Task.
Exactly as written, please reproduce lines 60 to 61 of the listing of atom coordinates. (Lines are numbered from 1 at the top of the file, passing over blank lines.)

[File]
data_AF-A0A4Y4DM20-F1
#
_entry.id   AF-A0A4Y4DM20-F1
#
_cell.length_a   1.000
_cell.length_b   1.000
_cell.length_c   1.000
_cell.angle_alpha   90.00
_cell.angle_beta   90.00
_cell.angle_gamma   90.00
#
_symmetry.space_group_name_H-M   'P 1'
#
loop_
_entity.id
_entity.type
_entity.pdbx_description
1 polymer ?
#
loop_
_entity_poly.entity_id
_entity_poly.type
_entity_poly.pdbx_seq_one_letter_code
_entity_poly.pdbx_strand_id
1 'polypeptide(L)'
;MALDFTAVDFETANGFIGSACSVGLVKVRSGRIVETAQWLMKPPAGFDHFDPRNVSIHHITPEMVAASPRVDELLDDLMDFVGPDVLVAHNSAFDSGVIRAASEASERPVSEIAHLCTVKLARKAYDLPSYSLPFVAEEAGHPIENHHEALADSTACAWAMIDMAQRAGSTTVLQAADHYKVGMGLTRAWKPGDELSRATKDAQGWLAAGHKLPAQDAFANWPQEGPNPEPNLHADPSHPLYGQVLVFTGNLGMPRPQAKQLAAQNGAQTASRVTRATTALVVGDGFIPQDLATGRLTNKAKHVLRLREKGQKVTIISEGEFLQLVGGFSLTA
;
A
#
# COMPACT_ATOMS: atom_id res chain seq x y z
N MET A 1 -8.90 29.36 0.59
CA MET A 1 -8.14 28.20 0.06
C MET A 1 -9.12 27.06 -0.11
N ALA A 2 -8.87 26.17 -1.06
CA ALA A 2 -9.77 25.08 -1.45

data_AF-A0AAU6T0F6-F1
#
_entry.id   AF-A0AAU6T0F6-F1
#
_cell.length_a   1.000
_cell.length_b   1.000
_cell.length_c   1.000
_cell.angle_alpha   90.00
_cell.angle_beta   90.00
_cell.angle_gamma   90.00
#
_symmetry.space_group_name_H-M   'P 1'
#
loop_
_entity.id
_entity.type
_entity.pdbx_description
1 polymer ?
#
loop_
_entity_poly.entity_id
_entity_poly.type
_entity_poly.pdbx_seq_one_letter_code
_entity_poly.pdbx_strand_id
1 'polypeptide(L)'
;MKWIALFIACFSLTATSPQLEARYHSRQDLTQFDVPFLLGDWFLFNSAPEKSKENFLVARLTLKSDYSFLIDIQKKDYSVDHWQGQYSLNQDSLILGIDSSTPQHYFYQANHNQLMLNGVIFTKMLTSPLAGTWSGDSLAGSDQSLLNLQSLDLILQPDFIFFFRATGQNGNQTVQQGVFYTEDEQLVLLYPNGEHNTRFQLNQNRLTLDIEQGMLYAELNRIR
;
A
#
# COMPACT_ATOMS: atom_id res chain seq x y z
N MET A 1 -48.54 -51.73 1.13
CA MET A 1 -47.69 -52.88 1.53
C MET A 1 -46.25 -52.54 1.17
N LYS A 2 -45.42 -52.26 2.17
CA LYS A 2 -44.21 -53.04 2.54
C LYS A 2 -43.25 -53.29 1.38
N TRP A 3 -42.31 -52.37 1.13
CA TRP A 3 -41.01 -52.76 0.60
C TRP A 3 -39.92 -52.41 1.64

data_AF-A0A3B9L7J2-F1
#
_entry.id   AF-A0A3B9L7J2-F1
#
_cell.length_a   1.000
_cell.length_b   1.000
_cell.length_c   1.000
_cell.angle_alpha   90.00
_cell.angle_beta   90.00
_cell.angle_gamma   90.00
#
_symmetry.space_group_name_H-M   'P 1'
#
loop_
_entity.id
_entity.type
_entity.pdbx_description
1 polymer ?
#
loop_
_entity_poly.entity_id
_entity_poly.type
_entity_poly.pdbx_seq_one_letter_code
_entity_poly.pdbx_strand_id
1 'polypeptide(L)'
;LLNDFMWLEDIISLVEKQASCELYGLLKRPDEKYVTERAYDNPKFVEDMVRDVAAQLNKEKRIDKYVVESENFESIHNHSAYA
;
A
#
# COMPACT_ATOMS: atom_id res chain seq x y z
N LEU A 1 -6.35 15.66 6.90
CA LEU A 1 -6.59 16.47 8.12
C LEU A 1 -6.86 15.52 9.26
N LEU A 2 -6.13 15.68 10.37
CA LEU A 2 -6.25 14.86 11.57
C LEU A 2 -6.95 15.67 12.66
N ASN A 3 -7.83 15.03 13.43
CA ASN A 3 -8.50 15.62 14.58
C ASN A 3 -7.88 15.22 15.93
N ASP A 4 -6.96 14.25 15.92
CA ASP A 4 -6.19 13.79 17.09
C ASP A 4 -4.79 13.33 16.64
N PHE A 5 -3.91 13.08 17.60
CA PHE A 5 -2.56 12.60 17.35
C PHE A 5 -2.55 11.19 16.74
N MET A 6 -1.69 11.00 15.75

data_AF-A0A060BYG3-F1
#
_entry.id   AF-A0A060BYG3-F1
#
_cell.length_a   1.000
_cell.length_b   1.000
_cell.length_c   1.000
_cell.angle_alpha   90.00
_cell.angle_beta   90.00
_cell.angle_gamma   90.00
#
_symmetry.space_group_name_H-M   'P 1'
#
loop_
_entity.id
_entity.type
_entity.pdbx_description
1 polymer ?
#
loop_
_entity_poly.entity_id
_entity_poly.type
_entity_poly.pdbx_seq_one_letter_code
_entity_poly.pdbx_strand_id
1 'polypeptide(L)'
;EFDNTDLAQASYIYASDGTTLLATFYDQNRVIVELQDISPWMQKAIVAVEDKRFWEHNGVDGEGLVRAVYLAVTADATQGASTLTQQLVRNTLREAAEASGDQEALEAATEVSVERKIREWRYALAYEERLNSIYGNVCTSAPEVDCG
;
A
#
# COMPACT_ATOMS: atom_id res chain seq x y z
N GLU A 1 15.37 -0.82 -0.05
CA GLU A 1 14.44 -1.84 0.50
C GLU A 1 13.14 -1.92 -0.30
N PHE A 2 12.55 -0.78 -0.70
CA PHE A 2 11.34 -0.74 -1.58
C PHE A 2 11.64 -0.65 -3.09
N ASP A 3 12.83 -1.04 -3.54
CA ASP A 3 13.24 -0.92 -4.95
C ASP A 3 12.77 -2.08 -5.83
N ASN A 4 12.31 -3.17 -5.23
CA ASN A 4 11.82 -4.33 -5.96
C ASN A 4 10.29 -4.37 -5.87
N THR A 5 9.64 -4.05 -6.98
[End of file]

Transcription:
1 'polypeptide(L)'
;MKWIALFIACFSLTATSPQLEARYHSRQDLTQFDVPFLLGDWFLFNSAPEKSKENFLVARLTLKSDYSFLIDIQKKDYSVDHWQGQYSLNQDSLILGIDSSTPQHYFYQANHNQLMLNGVIFTKMLTSPLAGTWSGDSLAGSDQSLLNLQSLDLILQPDFIFFFRATGQNGNQTVQQGVFYTEDEQLVLLYPNGEHNTRFQLNQNRLTLDIEQGMLYAELNRIR